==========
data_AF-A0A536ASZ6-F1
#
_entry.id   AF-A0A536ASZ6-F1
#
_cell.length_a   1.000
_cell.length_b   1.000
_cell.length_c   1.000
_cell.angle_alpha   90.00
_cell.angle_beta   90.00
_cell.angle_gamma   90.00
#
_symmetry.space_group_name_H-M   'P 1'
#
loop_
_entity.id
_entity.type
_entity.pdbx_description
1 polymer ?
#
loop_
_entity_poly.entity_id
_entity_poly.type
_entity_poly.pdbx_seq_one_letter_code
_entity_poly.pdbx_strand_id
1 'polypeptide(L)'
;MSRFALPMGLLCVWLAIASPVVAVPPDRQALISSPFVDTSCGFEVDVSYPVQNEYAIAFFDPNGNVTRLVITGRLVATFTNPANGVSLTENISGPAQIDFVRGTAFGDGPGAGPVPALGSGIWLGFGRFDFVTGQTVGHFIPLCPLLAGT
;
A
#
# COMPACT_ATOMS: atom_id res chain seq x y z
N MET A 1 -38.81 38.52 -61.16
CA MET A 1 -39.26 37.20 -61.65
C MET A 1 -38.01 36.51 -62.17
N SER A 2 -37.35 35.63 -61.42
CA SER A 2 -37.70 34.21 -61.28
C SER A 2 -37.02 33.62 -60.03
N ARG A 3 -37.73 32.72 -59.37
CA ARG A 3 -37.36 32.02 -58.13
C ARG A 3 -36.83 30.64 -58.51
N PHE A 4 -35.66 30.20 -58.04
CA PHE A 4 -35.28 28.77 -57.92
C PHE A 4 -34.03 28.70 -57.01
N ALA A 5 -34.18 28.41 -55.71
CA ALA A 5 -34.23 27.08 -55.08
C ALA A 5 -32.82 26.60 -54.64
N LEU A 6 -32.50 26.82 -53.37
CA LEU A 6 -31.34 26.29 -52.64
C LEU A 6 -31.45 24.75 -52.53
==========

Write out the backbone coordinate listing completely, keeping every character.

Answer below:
data_AF-A0A536ASZ6-F1
#
_entry.id   AF-A0A536ASZ6-F1
#
_cell.length_a   1.000
_cell.length_b   1.000
_cell.length_c   1.000
_cell.angle_alpha   90.00
_cell.angle_beta   90.00
_cell.angle_gamma   90.00
#
_symmetry.space_group_name_H-M   'P 1'
#
loop_
_entity.id
_entity.type
_entity.pdbx_description
1 polymer ?
#
loop_
_entity_poly.entity_id
_entity_poly.type
_entity_poly.pdbx_seq_one_letter_code
_entity_poly.pdbx_strand_id
1 'polypeptide(L)'
;MSRFALPMGLLCVWLAIASPVVAVPPDRQALISSPFVDTSCGFEVDVSYPVQNEYAIAFFDPNGNVTRLVITGRLVATFTNPANGVSLTENISGPAQIDFVRGTAFGDGPGAGPVPALGSGIWLGFGRFDFVTGQTVGHFIPLCPLLAGT
;
A
#
# COMPACT_ATOMS: atom_id res chain seq x y z
N MET A 1 -38.81 38.52 -61.16
CA MET A 1 -39.26 37.20 -61.65
C MET A 1 -38.01 36.51 -62.17
N SER A 2 -37.35 35.63 -61.42
CA SER A 2 -37.70 34.21 -61.28
C SER A 2 -37.02 33.62 -60.03
N ARG A 3 -37.73 32.72 -59.37
CA ARG A 3 -37.36 32.02 -58.13
C ARG A 3 -36.83 30.64 -58.51
N PHE A 4 -35.66 30.20 -58.04
CA PHE A 4 -35.28 28.77 -57.92
C PHE A 4 -34.03 28.70 -57.01
N ALA A 5 -34.18 28.41 -55.71
CA ALA A 5 -34.23 27.08 -55.08
C ALA A 5 -32.82 26.60 -54.64
N LEU A 6 -32.50 26.82 -53.37
CA LEU A 6 -31.34 26.29 -52.64
C LEU A 6 -31.45 24.75 -52.53